Legislative outcome: Bill Passed (Senate) (89-10-1) - Jan. 16, 2020; bill Passed (House) (385-41-5) - Dec. 19, 2019; signed at the G20 Summit simultaneously by President Trump, Mexican President Enrique Nieto, and Canadian Prime Minister Justin Trudeau, Nov. 30, 2018
The nation's governors urge Congress to move forward to reauthorize and modernize the federal Trade Adjustment Assistance (TAA) program before it expires on September 30, 2007. Governors recognize that although expanded trade and innovation can have widespread benefits, they can also have a disproportionately heavy impact on certain communities and workers. While the creation of new jobs is underway in many parts of the country, not every U.S. worker that may have lost his or her job due to trade will be able to find employment comparable to their prior position, notably because many hold training and skills for jobs that no longer exist. Governors, therefore, support proposals to improve the TAA program as a means to address this problem, and especially proposals that are designed to give workers more control and flexibility over their TAA training and to streamline the program's bureaucracy.
The economic strength and competitiveness of the nation will only be as strong as the combined economic strength and competitiveness of the states, and the firms and workers within them. Because today's jobs require more and more workers to have advanced training and education, Governors firmly support efforts that seek to ensure that their citizens will have the skills they need to compete in today's changing economy and that give states the tools they need to provide those opportunities.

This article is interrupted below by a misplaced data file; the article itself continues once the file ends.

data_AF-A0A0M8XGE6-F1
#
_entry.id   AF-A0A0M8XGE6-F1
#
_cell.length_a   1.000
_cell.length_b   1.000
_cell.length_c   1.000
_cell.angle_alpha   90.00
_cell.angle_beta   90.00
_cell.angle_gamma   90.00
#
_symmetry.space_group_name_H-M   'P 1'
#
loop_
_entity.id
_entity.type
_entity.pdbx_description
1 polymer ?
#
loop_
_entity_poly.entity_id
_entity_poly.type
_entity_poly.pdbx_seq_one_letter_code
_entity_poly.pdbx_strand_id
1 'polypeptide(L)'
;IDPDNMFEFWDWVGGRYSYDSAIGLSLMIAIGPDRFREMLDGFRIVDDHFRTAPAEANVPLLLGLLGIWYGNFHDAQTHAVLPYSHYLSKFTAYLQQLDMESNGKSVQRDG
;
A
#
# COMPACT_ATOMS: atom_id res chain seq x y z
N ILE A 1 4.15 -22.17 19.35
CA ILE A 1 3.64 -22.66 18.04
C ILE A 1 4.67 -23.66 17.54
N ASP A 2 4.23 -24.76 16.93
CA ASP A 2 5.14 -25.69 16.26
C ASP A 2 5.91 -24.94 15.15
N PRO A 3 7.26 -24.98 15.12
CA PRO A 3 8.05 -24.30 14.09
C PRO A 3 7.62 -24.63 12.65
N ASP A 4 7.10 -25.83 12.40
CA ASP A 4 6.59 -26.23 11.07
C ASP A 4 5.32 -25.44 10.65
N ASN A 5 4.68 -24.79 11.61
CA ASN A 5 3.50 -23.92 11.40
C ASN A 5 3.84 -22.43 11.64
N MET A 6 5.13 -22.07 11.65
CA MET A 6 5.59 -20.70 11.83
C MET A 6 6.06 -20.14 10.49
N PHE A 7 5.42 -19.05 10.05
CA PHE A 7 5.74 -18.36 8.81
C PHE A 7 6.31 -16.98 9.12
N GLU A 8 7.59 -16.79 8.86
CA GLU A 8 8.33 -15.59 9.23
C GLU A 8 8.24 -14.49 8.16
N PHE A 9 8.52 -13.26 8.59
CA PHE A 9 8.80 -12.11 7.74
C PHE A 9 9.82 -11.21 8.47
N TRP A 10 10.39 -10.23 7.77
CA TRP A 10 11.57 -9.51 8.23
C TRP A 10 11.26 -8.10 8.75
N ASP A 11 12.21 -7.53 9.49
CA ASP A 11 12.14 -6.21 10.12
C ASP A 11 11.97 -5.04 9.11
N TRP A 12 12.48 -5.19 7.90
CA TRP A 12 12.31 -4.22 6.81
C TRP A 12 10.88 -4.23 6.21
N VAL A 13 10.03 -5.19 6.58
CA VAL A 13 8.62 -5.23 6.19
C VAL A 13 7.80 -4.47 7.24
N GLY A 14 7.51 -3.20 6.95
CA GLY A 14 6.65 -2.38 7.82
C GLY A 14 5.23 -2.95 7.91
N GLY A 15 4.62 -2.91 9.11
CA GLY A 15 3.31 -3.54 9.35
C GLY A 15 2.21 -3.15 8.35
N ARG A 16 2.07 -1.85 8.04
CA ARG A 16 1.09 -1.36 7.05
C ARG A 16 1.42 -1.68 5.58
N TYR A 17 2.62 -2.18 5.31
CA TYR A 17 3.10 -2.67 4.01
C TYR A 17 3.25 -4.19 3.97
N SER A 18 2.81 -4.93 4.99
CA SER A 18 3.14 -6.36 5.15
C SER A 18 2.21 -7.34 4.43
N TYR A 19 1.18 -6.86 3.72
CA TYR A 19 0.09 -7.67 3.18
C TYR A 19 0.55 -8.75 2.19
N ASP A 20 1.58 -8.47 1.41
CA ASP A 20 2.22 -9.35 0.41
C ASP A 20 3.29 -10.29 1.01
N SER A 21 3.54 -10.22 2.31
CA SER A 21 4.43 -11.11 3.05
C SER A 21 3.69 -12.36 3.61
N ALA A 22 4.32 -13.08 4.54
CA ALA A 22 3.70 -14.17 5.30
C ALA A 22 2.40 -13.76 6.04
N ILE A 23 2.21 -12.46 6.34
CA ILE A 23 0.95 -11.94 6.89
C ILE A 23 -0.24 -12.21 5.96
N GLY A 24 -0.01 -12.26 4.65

We look forward to working with Congress as it proceeds towards reauthorization of the TAA program, as it is an important component of the nation's strategy to advance a comprehensive, integrated, and flexible workforce system. If passing such a reauthorization becomes impossible prior to the program's expiration in September, we ask that any temporary program extension include clear "hold harmless" language that ensures that the states will be fully reimbursed by the federal government for any benefit payments or other TAA costs they may incur during any extension period.
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Senate races 2019-20:
AK: Sullivan(R,incumbent) vs.Gross(I) vs.
AL: Jones(D,incumbent) vs.Tuberville(R) vs.
AR: Cotton(R,incumbent) vs.Harrington(L) vs.
AZ: McSally(R,incumbent) vs.Kelly(D)
CO: Gardner(R,incumbent) vs.Hickenlooper(D) vs.
DE: Coons(D,incumbent) vs.
GA-2: Isakson(R,resigned) Loeffler(R,appointed) vs.Collins(R) vs.Tarver(D) vs.Warnock(D) vs.
GA-6: Perdue(R,incumbent) vs.Ossoff(D) vs.Tomlinson(D) vs.Terry(D)
IA: Ernst(R,incumbent) vs.Greenfield(D) vs.
ID: Risch(R,incumbent) vs.Jordan(D) vs.
IL: Durbin(D,incumbent) vs.Curran(R) vs.
KS: Roberts(R,retiring) vs.Marshall(R) vs.Bollier(D) vs.
KY: McConnell(R,incumbent) vs.McGrath(D) vs.
LA: Cassidy(R,incumbent) vs.Perkins(D) vs.
MA: Markey(D,incumbent) vs.O`Connor(R) vs.Ayyadurai(R) vs.
ME: Collins(R,incumbent) vs.Gideon(D) vs.
MI: Peters(D,incumbent) vs.James(R) vs.Squier(G)
MN: Smith(D,incumbent) vs.Lewis(R) vs.Overby(G) vs.
MS: Hyde-Smith(R,incumbent) vs.Espy(D) vs.
MT: Daines(R,incumbent) vs.Bullock(D) vs.
NC: Tillis(R,incumbent) vs.Cunningham(D) vs.
NE: Sasse(R,incumbent) vs.Janicek(R)
NH: Shaheen(D,incumbent) vs.Messner(R) vs.
NJ: Booker(D,incumbent) vs.Mehta(R) vs.
NM: Udall(D,retiring) vs.Lujan(D) vs.Ronchetti(R) vs.Walsh(L) vs.
OK: Inhofe(R,incumbent) vs.Broyles(D) vs.
OR: Merkley(D,incumbent) vs.Perkins(R) vs.
RI: Reed(D,incumbent) vs.Waters(R)
SC: Graham(R,incumbent) vs.Harrison(D) vs.
SD: Rounds(R,incumbent) vs.Ahlers(D) vs.
TN: Alexander(R,retiring) vs.Hagerty(R) vs.Bradshaw(D) vs.
TX: Cornyn(R,incumbent) vs.Hegar(D) vs.
VA: Warner(D,incumbent) vs.
WV: Capito(R,incumbent) vs.Swearengin(D) vs.
WY: Enzi(R,retiring) vs.Lummis(R) vs.Ben-David(D) vs.
Senate Votes (analysis)